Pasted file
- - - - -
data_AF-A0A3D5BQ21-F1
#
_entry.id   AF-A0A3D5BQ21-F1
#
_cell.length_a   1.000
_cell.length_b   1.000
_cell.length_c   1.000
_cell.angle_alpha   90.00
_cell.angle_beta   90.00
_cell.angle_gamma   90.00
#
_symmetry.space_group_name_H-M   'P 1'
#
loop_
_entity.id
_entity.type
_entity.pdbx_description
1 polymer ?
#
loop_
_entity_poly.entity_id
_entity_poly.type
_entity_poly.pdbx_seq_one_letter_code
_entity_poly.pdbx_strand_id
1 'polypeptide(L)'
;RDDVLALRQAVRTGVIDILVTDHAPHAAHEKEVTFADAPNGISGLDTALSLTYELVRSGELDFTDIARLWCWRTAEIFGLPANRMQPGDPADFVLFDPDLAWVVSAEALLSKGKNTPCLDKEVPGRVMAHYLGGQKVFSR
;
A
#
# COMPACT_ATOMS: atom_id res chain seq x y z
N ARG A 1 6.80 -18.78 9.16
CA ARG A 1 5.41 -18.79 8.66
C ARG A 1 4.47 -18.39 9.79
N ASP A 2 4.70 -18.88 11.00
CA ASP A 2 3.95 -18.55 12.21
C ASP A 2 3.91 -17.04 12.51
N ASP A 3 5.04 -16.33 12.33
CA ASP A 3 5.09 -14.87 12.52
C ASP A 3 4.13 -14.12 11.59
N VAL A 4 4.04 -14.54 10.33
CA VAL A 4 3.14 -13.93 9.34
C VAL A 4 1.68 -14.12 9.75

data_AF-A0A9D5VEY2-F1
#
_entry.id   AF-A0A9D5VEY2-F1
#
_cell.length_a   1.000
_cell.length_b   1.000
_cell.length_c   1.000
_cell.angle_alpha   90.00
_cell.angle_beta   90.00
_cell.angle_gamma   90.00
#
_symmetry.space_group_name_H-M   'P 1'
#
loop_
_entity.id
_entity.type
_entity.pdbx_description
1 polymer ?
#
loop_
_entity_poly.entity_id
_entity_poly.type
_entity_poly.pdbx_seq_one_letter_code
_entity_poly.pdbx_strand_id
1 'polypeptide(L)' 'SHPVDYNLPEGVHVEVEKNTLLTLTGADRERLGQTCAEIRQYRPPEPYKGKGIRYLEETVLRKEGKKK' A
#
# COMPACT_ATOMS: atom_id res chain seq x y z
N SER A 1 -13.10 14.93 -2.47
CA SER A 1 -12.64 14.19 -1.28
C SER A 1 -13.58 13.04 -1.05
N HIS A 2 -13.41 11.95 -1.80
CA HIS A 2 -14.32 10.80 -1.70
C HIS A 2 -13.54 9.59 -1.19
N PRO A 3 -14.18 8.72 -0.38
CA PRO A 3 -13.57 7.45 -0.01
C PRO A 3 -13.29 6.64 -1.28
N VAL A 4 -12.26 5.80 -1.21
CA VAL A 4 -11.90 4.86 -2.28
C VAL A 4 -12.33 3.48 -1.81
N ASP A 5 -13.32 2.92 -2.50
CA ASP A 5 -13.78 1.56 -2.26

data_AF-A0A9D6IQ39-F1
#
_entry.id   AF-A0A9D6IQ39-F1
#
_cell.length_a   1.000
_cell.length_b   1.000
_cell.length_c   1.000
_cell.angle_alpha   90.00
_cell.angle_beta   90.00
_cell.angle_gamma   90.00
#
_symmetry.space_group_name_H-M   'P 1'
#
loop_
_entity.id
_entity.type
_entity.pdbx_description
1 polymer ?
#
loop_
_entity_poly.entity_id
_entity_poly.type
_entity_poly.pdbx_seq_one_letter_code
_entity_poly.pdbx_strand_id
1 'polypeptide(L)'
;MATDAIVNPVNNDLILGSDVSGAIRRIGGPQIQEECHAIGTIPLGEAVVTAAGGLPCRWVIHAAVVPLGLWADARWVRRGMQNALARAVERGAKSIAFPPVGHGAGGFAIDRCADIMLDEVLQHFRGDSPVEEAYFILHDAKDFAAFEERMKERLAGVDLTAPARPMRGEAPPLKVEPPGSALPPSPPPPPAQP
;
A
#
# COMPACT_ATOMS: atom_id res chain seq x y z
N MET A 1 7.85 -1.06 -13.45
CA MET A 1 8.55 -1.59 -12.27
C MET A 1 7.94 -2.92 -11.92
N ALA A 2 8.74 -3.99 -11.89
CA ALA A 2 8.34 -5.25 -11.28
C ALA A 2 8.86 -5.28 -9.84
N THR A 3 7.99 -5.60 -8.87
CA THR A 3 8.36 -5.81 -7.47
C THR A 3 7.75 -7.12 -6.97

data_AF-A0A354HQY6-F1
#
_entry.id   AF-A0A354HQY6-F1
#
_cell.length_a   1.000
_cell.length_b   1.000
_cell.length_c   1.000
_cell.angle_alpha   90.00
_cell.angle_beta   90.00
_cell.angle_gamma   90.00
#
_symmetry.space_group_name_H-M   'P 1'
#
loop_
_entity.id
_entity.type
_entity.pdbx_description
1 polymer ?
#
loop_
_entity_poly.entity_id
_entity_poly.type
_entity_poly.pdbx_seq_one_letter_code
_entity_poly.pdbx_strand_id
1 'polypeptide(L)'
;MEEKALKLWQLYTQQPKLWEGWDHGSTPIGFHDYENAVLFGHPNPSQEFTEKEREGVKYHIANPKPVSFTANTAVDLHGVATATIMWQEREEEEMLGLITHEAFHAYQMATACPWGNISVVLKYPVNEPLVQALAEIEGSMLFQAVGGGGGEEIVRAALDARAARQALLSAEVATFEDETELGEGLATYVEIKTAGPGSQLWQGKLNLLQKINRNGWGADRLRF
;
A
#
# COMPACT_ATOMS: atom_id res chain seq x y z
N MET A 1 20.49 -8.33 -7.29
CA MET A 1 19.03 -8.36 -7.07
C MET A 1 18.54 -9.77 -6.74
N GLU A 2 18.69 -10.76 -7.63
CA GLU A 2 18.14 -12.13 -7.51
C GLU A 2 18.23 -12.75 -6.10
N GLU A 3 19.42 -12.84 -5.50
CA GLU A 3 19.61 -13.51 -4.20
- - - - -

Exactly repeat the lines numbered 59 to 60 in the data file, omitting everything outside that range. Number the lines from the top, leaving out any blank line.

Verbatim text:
_entity.pdbx_description
1 polymer ?